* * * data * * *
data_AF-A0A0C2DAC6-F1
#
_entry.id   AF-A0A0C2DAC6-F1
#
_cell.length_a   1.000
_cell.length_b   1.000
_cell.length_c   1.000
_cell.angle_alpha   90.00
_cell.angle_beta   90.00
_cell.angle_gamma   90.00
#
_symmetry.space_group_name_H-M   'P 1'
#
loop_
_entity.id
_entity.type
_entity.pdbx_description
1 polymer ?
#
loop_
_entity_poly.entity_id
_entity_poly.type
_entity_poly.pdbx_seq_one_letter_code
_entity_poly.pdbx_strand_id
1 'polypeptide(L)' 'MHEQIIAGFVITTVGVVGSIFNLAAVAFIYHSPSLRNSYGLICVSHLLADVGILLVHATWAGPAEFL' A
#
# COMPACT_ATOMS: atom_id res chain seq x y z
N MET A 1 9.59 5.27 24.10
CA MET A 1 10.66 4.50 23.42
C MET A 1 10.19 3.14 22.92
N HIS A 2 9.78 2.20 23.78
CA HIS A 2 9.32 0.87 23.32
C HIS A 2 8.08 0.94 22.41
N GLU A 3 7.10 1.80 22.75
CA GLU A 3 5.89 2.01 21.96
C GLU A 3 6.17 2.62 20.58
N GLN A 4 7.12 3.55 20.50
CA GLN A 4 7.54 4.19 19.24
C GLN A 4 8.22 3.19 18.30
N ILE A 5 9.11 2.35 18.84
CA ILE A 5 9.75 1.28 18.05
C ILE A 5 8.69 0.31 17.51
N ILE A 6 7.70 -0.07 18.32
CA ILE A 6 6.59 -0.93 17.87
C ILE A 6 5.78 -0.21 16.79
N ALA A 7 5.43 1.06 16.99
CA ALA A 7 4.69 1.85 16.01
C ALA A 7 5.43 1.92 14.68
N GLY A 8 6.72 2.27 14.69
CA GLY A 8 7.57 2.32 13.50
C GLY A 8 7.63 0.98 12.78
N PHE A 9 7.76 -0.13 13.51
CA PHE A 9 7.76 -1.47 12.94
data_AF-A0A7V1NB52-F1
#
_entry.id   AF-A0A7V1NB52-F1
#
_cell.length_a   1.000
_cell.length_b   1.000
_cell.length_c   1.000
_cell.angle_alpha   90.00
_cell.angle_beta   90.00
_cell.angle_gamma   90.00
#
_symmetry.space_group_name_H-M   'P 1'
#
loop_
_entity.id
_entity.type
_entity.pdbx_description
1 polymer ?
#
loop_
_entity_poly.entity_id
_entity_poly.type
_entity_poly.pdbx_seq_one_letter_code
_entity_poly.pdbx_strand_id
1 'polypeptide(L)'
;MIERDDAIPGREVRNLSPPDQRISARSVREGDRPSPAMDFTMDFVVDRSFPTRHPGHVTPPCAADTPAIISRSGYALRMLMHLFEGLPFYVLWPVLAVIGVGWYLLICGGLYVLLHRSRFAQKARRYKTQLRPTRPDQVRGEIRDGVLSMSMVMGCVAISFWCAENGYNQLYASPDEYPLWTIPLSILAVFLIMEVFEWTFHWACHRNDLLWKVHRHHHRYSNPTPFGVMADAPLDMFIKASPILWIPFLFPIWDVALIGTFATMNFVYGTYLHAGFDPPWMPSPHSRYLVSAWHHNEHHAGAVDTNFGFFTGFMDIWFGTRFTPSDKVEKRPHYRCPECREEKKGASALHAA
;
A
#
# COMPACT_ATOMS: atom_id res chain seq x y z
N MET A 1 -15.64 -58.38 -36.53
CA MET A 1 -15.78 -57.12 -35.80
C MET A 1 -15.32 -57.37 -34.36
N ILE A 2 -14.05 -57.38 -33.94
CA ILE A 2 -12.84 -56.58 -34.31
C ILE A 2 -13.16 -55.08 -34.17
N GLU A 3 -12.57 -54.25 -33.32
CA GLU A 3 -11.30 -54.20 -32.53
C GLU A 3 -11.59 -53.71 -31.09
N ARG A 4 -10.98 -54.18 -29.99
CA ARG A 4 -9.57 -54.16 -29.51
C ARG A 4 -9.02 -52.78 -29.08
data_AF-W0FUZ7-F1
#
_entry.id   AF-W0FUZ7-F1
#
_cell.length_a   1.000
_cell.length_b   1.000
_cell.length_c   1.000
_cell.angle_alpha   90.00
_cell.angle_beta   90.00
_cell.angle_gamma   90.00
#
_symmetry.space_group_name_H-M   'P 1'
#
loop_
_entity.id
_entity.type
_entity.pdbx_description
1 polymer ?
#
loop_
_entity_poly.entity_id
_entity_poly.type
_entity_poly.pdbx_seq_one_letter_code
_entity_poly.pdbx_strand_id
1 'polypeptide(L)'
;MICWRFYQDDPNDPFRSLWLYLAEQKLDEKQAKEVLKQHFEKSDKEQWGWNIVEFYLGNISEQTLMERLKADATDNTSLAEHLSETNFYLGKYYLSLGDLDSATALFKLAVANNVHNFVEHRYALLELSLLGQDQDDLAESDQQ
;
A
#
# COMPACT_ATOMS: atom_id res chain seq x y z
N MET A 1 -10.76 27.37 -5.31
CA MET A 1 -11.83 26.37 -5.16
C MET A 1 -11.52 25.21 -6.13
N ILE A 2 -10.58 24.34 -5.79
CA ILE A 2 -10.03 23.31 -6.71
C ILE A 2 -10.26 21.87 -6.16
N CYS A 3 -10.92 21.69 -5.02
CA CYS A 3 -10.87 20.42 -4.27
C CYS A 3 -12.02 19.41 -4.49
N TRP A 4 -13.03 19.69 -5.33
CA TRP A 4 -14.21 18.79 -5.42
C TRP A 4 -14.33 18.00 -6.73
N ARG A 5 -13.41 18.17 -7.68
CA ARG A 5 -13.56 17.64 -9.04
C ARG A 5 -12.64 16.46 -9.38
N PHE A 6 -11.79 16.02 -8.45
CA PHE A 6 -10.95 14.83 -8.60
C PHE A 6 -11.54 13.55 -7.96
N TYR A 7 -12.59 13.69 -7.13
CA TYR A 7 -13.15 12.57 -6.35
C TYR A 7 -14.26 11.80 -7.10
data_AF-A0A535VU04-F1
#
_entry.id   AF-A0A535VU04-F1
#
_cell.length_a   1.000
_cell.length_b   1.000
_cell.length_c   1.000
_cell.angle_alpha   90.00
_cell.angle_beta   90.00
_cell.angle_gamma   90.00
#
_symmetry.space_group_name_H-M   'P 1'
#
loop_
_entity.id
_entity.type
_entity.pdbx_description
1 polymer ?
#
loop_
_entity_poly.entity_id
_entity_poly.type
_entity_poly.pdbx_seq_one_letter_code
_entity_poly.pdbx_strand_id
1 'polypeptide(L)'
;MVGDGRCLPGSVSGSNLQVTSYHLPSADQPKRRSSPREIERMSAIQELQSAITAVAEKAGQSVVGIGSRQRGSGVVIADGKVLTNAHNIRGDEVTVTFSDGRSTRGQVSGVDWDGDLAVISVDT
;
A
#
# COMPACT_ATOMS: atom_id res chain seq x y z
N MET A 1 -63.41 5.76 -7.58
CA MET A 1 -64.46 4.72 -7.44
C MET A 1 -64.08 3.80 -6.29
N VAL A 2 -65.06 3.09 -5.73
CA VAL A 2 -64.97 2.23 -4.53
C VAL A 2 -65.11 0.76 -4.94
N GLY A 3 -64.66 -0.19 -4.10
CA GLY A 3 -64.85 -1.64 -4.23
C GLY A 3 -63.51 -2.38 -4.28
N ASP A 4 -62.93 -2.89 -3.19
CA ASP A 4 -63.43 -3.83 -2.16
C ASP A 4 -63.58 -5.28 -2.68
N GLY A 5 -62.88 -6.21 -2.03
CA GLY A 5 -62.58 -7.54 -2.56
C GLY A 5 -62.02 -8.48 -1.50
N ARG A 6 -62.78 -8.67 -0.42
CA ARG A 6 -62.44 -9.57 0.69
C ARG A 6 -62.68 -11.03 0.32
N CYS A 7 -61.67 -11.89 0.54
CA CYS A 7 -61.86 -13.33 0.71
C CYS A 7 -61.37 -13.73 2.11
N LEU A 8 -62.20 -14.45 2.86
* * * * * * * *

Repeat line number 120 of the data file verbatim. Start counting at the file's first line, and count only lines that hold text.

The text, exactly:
1 'polypeptide(L)'